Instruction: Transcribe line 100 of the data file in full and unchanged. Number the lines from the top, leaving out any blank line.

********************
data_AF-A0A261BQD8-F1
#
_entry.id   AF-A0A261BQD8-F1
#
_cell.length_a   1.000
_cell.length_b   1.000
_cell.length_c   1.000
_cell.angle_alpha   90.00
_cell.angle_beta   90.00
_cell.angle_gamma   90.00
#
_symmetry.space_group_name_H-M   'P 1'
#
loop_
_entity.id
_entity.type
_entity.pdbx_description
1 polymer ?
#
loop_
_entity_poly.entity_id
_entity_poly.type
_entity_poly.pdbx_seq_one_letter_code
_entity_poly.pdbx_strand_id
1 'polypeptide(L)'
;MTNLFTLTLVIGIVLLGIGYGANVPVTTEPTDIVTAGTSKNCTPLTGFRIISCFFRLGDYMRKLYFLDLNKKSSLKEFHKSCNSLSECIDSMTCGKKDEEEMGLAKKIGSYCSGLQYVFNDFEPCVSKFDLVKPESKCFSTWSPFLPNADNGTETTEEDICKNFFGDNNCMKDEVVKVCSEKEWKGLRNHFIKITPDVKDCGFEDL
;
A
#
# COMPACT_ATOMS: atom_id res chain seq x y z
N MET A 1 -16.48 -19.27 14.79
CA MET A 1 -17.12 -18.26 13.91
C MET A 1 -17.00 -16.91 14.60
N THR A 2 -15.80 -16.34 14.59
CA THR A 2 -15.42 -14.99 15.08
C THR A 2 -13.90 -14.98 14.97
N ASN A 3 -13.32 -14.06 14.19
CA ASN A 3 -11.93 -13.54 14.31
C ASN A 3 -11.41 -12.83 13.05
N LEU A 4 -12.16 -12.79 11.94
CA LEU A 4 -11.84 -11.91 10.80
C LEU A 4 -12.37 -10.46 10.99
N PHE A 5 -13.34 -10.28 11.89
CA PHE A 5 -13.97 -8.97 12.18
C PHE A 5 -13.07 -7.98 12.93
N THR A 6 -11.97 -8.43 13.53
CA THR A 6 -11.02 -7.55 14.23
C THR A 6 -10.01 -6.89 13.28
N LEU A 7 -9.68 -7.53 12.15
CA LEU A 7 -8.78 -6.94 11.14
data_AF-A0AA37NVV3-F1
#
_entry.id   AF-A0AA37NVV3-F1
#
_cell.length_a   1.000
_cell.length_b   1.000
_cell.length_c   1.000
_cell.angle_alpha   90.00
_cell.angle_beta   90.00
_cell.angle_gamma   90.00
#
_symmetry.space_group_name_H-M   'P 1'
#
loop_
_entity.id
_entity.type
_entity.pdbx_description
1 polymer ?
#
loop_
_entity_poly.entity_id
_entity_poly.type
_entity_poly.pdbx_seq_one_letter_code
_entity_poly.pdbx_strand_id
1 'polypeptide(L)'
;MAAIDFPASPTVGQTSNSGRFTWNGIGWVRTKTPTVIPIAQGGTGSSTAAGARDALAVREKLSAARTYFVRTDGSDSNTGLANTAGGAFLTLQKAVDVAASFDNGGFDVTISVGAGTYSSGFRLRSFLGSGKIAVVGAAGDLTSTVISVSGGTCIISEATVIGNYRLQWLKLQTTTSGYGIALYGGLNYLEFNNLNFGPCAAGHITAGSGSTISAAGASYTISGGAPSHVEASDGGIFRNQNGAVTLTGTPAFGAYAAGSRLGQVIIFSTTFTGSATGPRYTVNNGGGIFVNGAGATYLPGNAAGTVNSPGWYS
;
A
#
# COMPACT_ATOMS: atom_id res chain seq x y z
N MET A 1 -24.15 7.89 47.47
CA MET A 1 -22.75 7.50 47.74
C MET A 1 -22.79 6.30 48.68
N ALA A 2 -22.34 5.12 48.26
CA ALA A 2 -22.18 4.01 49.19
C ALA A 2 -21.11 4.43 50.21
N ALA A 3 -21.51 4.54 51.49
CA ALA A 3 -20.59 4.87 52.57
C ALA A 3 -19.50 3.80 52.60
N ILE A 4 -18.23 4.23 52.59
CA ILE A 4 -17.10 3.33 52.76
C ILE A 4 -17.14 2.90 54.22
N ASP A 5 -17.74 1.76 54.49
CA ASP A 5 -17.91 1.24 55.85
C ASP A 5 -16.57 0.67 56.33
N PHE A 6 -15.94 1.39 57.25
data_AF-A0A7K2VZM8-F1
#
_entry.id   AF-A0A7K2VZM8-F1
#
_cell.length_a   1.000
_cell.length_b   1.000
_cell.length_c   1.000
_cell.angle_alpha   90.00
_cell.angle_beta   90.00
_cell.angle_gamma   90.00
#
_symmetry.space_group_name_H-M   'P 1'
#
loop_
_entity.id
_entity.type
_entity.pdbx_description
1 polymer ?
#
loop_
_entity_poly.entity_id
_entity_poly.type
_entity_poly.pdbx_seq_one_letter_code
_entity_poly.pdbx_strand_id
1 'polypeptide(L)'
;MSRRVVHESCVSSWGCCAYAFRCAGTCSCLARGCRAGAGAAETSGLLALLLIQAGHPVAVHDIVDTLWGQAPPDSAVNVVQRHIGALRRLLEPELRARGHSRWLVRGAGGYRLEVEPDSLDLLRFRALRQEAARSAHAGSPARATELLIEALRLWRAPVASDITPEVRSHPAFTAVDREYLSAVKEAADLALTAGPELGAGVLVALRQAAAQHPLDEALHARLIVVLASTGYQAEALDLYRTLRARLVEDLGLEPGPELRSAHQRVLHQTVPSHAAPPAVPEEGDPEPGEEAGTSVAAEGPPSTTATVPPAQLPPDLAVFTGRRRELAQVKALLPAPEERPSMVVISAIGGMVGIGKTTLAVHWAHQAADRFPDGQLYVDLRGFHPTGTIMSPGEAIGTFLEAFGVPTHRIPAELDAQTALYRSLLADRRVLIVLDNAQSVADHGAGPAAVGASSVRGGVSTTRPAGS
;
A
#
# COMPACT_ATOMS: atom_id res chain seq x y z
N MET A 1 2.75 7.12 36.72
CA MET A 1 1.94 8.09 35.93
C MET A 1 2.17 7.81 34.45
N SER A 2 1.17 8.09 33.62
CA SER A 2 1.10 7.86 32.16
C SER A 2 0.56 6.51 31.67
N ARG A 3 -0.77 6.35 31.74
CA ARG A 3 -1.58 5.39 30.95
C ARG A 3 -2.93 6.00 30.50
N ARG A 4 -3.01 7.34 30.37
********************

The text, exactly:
#